So let’s understand a little bit more about molting and its signs so that we don’t confuse it with your tarantula dying.
Signs Of Molting In Tarantula And What To Do
When tarantulas shed their exoskeleton and prepare for a new one, this whole process is called molting.
A tarantula may be preparing for its molting season months before they actually start with the process. They will try to be less active than usual and also refuse to eat.
Young tarantulas may molt often in a year. A normal adult will molt once a year.
As they grow older and older, they may start to molt less frequently, even going years without molting. Some may molt one last time before they near their end of the lifespan.
Tarantulas often get sensitive during their molting season. It is best not to feed or even touch your tarantula pre and post molting. Let them rest for at least a week or two after molting before you can interact with them physically.
Signs Of Molting
- They may stop or limit their movement to conserve energy. If you are noticing that they are not being their usual self, maybe they are in the process of molting.
- They may refuse to eat or eat too little. This is also a sign of them going into molting.
- You might notice clear liquid on their joints or in between their joints. These tiny droplets may indicate that they are preparing for molting. However, not every species of tarantula may show this sign.
- Your tarantula may develop bald spots on their abdomen and elsewhere. If the abdomen looks shinier and darker than before (due to the absence of hair), it is a good sign of them molting.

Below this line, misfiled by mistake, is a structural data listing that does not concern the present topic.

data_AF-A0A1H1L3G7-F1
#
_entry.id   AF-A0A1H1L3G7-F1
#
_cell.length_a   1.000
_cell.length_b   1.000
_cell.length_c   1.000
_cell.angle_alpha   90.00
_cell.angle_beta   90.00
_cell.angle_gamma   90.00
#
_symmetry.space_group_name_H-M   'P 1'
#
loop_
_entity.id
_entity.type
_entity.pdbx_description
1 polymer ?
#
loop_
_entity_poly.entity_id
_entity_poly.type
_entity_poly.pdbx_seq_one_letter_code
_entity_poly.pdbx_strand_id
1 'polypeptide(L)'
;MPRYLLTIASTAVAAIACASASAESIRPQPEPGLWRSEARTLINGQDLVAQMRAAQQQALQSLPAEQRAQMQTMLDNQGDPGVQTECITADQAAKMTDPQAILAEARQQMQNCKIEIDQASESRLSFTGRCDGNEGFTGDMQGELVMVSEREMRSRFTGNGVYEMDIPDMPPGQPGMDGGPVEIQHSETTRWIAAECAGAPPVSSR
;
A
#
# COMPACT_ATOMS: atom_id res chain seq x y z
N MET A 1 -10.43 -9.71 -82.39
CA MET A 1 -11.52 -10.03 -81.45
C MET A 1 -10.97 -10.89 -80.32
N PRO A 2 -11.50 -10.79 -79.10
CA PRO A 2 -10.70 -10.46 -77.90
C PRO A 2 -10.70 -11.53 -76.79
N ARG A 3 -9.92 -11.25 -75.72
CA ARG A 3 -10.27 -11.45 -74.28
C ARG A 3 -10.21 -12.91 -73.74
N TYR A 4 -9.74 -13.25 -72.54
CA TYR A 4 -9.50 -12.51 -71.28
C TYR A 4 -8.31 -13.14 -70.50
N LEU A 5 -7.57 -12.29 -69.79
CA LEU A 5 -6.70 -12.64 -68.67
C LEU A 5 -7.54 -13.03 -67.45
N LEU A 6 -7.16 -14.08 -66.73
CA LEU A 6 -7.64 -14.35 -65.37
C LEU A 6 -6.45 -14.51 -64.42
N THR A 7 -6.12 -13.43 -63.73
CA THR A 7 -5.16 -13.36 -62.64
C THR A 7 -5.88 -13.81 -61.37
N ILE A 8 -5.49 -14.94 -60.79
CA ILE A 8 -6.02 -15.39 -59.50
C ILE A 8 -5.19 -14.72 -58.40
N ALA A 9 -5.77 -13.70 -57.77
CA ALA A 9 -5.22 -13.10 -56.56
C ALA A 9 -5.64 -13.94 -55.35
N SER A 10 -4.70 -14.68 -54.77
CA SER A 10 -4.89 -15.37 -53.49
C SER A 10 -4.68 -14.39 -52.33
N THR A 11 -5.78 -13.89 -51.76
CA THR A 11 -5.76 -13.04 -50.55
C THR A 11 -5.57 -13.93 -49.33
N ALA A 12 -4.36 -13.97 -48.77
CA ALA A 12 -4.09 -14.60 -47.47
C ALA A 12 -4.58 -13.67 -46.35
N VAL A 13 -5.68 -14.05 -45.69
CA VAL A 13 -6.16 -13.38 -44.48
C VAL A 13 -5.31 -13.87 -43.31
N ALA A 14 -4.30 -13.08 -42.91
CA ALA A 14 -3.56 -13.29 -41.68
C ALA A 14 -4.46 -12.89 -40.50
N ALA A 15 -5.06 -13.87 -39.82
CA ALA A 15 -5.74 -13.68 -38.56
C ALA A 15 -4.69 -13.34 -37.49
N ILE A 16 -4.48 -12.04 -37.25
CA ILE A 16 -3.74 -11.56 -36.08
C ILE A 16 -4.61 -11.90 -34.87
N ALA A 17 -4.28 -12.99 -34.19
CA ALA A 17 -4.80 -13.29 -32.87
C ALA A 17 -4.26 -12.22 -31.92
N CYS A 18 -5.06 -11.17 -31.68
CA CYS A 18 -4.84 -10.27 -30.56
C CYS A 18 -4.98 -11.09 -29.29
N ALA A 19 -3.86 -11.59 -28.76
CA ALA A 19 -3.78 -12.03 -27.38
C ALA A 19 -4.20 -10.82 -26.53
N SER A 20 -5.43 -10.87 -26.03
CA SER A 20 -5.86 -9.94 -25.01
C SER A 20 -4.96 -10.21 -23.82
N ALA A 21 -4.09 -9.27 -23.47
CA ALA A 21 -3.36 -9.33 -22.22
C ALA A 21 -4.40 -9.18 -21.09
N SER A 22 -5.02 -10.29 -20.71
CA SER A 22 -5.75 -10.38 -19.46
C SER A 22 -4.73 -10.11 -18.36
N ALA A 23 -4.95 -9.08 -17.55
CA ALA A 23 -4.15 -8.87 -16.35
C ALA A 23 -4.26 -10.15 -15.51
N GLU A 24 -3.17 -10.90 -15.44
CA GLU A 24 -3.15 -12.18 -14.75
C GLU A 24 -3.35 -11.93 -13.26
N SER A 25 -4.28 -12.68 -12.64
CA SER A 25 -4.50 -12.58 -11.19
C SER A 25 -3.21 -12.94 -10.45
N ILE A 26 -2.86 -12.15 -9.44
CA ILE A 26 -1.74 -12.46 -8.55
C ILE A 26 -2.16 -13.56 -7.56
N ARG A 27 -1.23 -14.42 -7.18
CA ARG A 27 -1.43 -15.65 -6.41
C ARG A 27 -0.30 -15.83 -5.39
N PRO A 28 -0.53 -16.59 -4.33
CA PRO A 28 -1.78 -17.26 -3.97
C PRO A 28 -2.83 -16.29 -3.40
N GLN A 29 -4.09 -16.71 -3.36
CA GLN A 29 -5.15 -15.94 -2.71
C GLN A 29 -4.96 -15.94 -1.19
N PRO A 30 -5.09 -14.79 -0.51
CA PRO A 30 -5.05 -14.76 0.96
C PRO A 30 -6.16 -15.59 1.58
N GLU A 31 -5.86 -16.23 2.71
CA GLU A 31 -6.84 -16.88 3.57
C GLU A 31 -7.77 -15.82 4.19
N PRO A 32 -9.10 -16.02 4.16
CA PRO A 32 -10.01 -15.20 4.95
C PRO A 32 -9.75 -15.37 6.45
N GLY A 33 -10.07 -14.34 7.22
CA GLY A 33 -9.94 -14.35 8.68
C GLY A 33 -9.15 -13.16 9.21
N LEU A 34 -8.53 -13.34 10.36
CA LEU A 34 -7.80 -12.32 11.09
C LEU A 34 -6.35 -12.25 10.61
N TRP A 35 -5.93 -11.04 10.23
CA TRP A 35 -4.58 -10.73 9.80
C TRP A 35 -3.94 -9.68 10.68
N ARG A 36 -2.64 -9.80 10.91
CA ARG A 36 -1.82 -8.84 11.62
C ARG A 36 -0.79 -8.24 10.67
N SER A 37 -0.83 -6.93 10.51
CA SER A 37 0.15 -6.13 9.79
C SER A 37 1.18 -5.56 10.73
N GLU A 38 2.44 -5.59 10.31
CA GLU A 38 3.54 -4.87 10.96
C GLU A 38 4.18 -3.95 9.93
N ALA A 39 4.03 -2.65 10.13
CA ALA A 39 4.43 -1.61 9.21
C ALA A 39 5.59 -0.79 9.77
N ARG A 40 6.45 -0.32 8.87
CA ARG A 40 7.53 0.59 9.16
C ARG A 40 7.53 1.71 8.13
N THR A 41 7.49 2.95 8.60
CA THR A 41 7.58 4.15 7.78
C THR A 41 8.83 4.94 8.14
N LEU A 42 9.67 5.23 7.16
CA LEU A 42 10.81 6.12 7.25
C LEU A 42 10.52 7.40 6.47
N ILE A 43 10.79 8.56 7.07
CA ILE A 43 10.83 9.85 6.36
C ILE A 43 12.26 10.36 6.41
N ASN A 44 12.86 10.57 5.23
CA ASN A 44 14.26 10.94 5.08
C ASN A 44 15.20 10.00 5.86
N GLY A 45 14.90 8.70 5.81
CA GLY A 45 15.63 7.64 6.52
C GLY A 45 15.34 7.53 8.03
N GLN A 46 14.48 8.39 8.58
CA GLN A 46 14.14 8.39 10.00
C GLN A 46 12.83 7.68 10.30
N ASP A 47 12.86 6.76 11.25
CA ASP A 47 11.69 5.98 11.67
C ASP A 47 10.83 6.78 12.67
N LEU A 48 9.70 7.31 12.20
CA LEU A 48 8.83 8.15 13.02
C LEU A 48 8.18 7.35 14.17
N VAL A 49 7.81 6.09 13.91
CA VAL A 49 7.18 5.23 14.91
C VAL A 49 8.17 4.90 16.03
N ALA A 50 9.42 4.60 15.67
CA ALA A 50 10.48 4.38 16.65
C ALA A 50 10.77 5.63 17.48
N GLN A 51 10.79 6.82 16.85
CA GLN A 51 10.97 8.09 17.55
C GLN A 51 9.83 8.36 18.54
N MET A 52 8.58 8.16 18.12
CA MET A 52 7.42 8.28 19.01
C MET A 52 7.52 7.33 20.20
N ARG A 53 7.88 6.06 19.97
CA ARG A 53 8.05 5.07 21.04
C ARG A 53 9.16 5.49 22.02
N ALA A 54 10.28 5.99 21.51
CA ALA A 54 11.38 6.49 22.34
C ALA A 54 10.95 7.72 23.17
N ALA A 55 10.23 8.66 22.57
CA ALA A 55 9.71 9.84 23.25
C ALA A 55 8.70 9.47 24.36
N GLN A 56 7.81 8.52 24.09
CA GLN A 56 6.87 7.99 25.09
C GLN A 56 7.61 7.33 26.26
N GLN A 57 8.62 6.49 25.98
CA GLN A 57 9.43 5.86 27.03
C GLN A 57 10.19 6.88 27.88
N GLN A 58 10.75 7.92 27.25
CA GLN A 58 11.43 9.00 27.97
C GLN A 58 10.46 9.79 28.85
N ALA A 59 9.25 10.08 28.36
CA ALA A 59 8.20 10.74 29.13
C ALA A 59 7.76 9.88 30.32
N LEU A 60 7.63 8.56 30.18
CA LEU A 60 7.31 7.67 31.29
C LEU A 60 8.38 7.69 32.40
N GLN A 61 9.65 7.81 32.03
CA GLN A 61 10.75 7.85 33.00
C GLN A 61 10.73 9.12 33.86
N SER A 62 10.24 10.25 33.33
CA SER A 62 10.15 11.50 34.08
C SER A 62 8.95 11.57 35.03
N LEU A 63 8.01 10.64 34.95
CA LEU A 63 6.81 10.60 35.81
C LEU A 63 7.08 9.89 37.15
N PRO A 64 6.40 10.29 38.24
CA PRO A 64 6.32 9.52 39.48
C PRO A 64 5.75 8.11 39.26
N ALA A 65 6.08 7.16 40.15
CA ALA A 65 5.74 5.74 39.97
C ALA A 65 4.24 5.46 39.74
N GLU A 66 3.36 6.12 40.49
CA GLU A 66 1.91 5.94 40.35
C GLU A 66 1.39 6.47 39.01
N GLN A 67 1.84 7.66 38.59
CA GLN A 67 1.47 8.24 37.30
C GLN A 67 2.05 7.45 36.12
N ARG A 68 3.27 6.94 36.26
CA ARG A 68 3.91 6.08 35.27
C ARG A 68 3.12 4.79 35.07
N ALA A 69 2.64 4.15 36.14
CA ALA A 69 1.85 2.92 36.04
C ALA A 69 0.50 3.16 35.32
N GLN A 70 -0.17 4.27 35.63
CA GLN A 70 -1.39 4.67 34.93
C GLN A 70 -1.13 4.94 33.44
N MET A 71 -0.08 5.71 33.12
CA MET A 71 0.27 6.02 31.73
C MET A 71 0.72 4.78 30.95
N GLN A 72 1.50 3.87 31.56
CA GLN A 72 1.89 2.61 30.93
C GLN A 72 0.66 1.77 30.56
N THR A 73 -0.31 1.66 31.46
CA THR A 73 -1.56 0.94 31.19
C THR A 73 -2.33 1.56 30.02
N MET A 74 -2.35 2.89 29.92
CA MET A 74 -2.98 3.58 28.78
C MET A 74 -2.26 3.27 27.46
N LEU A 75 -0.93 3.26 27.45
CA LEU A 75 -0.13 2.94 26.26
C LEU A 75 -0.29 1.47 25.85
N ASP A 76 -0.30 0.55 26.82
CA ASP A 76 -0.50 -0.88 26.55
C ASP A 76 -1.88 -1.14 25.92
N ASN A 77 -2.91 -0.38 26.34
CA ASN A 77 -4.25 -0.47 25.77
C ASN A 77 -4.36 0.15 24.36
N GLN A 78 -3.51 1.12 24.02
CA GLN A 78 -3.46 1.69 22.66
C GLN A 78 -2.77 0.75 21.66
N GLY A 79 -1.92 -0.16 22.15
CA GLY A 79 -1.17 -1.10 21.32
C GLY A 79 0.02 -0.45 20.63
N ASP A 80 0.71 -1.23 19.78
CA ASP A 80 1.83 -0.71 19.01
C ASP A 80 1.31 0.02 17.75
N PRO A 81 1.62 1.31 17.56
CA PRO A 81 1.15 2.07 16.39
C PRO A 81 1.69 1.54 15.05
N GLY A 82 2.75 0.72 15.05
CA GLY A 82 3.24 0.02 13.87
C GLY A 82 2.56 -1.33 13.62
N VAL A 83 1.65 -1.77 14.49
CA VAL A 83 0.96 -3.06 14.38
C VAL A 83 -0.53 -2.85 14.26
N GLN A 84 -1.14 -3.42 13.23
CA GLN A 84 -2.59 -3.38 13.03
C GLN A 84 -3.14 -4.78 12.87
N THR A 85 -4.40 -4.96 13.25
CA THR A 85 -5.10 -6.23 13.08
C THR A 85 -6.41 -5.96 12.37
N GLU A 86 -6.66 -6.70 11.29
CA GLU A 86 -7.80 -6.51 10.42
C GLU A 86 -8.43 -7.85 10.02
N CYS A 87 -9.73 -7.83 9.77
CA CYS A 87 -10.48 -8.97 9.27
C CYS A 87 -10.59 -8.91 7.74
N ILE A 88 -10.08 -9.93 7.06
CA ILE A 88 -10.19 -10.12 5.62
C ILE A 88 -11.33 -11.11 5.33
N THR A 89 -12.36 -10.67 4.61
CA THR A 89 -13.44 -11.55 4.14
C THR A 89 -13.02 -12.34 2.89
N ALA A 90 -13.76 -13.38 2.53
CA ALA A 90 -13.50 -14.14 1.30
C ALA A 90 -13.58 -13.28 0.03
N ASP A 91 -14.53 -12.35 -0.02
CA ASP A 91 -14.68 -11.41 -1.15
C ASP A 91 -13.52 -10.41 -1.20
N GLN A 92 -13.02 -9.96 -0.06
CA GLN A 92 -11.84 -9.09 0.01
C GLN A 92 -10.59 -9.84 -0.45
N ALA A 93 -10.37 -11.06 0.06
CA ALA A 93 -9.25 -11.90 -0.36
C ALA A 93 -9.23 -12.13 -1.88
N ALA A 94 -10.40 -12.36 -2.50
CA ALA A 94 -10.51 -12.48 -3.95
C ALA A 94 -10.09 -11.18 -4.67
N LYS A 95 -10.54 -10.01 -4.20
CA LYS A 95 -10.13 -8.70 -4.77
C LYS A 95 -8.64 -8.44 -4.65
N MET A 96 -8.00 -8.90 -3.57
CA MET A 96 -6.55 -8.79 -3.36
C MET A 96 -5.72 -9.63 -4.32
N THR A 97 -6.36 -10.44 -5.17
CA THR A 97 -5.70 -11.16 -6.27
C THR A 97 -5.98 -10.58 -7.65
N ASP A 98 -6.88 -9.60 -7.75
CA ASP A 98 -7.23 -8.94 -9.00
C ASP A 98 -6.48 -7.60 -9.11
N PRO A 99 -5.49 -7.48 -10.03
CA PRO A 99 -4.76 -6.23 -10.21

- When they are ready to molt their exoskeleton, they would lay on their side or on their back to make the process easier. It will take a few hours for them to complete the process.
What To Do When They Are Molting
Do not touch them or offer them any ‘prey’. Their body will be very sensitive at that point in time and will need rest to recuperate. Hunting their prey will make their body vulnerable to injury.
Take their exoskeleton out of their cage using tweezers or any other picking tool.
Keep water available to them. Try feeding them after a week and make sure that their food is not overwhelmingly large. Make it ‘bite-size’ (only as big as their mid-section).
How To Take Care Of Your Tarantula Efficiently
We have covered most of their dietary needs and handling when molting. These are additional informational tips to make your tarantula feel safer under your care. These tips will help you take better care of your tarantula.
Decide which species of tarantula you are going to keep. There are tree-dwelling tarantulas and burrowing tarantulas. They both have a little different habitat needs.
How many tarantulas are you wanting to keep? If you are going to keep more than one, keep each one in different tank/cage, as they can get territorial and cannibalistic on each other.
Tree dwelling tarantulas may like their cage to be placed vertically while a burrowing will like it to be kept horizontally. A fish tank is usually enough to keep them safe and happy.
Make sure you only leave 4 millimeters of holes for them to breathe. The rest of the spaces should be closed off with a lid or any silicone used for aquarium. Also, if you suspect that your tarantula might crawl out of the cage by opening the lid, place something heavy over it.
Lay 1-3 inches of a thin substrate at the bottom of your tank with sterilized potting soil, coconut fiber, and the likes. A burrowing species might prefer 5 inches of the substrate to dig into.
Maintain the tank’s temperature between 22 degrees Celsius to 30 degrees Celsius. Do not keep the tank under direct sunlight.
Keep the humidity in the tank up to 50%. A plant mister would help you keep that balance. Make sure that the humidity in the tank doesn’t get lower than 50%, especially when they are molting.
Make sure you provide them with clean and chlorine-free water in a dish. Feed young tarantulas once or twice every week and lower the frequency, as they start growing up.